When it comes to contract negotiations between NFL draftees and their teams, it’s pretty simple; you get paid according to where you were selected.

Former Texas Tech All-American wide receiver Michael Crabtree is trying to turn the entire draft pay scale on its ear. Crabtree, taken 10th overall by the San Francisco 49ers in April, is looking to get paid a lot more than what the 10th pick should get.

We live in a free enterprise system. Maximizing you earning potential is the way it works in this country. But Crabtree is taking this a bit too far.

Here’s the long and short of it. Crabtree was rated as the top receiver by most reputable draft experts and media outlets. The Oakland Raiders, who had the 7th overall pick, were in desparate need of a wide receiver to team with JaMarcus Russell. As usual, Al Davis threw a curve. Rather than take Crabtree with the pick, the Raiders took Darrius Heyward-Bey. Speculation for the Raiders decision has been running rampant. But no one really knows.

Heyward-Bey received a contract worth $38 million, including $23.5 million in guaranteed money.

After slipping three spots to 10th and being selected by the 49ers, a dismayed Crabtree huddled with his advisors and demanded top 5-pick money from San Francisco.

Here’s the reasoning. Crabtree, based on where he was rated by the various draft experts, felt as if he was better than Heyward-Bey and therefore should get paid more. He’s serious. So serious that his advisor and cousin David Wells had this to say in the weeks following draft:

“We are prepared to [sit out this season re-enter the NFL Draft in 2010]. Michael just wants fair-market value. They took him with the 10th pick and you have Darrius Heyward-Bey getting $38 million? This week is critical. Michael was one of the best players in the draft and he just wants to be paid like one of the best players. This week is very critical.”

If Crabtree thinks he has any leverage, he better think again and here’s why.

Next season will be an uncapped year in the NFL. In other words, teams will be free to spend as much or as little as they want on players. This season the salary cap is $128 million. The minimum is $112.1 million. What does that mean for Crabtree?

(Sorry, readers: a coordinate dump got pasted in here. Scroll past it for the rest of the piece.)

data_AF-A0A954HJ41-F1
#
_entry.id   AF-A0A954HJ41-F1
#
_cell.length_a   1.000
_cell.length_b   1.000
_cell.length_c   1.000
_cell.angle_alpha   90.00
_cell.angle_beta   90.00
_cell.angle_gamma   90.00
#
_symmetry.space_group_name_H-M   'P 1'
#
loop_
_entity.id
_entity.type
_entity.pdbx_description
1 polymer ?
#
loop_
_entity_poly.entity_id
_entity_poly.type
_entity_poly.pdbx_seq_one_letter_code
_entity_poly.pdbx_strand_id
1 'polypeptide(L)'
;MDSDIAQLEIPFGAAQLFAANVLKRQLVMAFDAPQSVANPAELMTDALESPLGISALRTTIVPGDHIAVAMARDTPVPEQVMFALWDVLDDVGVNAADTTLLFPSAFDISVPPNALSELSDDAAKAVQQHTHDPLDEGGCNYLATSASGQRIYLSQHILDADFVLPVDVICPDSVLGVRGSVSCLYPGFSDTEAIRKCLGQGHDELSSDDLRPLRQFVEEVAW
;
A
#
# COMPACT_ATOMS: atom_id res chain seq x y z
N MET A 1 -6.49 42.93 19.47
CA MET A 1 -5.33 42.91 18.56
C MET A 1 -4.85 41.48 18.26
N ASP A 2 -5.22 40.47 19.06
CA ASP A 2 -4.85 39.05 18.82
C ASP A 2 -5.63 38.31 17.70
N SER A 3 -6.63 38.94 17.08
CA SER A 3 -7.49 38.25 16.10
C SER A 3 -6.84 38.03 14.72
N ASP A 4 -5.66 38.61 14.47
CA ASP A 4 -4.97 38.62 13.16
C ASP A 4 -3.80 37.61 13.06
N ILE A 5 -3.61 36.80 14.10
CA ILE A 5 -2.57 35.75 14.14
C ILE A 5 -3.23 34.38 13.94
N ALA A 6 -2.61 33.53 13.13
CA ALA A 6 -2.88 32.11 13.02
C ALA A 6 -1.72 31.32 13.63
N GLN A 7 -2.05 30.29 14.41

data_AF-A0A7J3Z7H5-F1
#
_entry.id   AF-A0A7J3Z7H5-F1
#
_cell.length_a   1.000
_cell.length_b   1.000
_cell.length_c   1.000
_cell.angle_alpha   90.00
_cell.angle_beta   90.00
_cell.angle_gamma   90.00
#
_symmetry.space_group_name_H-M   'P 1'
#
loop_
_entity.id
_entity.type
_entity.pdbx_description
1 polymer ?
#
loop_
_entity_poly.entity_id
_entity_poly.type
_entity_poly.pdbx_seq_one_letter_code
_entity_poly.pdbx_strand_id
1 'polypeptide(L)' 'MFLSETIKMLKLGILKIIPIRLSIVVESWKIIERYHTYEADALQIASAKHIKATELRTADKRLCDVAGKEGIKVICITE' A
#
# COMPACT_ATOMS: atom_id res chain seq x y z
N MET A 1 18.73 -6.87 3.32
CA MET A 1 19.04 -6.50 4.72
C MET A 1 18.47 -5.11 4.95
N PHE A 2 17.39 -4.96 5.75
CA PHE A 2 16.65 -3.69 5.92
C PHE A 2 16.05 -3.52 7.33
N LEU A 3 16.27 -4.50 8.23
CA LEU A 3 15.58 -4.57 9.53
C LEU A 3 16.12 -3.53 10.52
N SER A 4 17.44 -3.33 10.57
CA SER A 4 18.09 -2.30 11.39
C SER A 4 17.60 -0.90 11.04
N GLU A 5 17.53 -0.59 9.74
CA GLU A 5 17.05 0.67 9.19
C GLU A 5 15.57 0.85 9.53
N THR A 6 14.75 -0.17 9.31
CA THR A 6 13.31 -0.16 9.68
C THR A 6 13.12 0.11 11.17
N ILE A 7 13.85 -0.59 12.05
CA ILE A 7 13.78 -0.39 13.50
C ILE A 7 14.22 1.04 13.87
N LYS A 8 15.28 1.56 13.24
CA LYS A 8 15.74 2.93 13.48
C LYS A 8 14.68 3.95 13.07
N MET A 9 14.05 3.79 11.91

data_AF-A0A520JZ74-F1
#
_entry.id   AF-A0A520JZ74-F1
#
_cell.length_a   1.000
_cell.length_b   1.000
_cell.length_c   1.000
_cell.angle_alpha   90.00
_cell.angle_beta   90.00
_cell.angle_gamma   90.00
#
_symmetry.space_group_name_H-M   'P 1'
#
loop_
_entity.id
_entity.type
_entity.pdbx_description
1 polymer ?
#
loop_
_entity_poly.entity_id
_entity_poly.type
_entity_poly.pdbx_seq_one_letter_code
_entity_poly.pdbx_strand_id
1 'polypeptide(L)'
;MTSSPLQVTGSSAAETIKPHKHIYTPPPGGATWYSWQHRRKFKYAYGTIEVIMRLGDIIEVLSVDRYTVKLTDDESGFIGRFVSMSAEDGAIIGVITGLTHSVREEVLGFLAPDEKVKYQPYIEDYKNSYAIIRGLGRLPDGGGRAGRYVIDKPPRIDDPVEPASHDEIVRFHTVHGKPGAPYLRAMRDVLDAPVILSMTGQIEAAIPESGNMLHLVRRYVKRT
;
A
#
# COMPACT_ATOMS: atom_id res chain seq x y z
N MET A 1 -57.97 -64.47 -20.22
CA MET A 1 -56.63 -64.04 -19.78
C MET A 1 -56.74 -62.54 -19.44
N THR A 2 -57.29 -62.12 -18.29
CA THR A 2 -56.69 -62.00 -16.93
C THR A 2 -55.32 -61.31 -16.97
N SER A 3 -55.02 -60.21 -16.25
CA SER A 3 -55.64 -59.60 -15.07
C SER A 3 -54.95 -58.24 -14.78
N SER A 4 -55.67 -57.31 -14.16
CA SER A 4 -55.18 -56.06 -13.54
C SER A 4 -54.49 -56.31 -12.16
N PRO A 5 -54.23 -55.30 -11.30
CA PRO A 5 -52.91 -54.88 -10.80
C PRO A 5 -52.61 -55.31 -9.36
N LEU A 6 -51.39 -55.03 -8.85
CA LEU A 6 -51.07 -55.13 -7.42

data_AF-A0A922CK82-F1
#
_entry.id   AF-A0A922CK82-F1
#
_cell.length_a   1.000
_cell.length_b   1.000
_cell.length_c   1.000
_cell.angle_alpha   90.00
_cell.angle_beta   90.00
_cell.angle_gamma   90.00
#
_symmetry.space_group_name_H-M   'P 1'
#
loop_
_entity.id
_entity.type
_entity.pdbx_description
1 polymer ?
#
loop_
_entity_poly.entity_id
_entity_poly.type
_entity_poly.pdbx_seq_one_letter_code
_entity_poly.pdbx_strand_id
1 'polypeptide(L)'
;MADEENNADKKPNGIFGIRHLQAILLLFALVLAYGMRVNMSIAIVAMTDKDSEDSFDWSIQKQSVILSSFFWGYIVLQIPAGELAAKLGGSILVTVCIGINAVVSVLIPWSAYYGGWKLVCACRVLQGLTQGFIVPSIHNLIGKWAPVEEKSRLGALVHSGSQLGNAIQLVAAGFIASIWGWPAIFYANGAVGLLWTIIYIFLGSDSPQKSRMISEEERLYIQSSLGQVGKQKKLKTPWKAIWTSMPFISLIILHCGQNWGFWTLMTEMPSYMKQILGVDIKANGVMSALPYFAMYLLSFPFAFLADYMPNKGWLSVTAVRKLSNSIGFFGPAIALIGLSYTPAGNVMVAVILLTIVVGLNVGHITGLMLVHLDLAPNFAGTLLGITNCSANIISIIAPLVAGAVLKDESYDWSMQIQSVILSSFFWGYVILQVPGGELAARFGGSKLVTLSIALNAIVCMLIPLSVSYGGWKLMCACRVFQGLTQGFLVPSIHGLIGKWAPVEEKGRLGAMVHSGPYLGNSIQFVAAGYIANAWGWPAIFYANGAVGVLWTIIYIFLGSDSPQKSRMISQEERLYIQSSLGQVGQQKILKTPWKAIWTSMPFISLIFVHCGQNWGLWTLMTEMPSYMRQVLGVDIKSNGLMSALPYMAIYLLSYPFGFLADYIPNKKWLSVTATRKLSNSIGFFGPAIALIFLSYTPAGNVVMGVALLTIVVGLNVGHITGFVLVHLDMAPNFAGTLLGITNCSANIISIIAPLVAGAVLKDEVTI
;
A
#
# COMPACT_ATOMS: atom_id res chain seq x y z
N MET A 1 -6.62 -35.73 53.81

If he re-enters the draft, teams looking for a wide receiver won’t want to pay top dollar. Unless you are on the level of Randy Moss or Larry Fitzgerald, wide receivers come a dime a dozen. So Instead of taking Crabtree with a top 10 pick, a team, knowing he is likely to slip because he sat out a year, will trade down and take him later so they can pay him less.

Another issue facing Crabtree if he sits out this season is if the NFL comes to an agreement with the NFL players union. If they do agree on a new Collective Bargaining Agreement before the 2010 season, there is certain to be a rookie wage scale in the deal. That means the days or rookies getting $20, $30 and $40 million signing bonuses will be long gone. It will be like the NBA where the top picks can only make a certain amount.

Finally, if he re-enters the draft, he may not be picked in the top 10 next year. With star quarterbacks Tim Tebow, Sam Bradford, Colt McCoy and Oklahoma State stud receiver Dez Bryant coming out, Crabtree could slip out of the top 10.

If Crabtree is serious about securing his financial future, he needs to get his head in the present.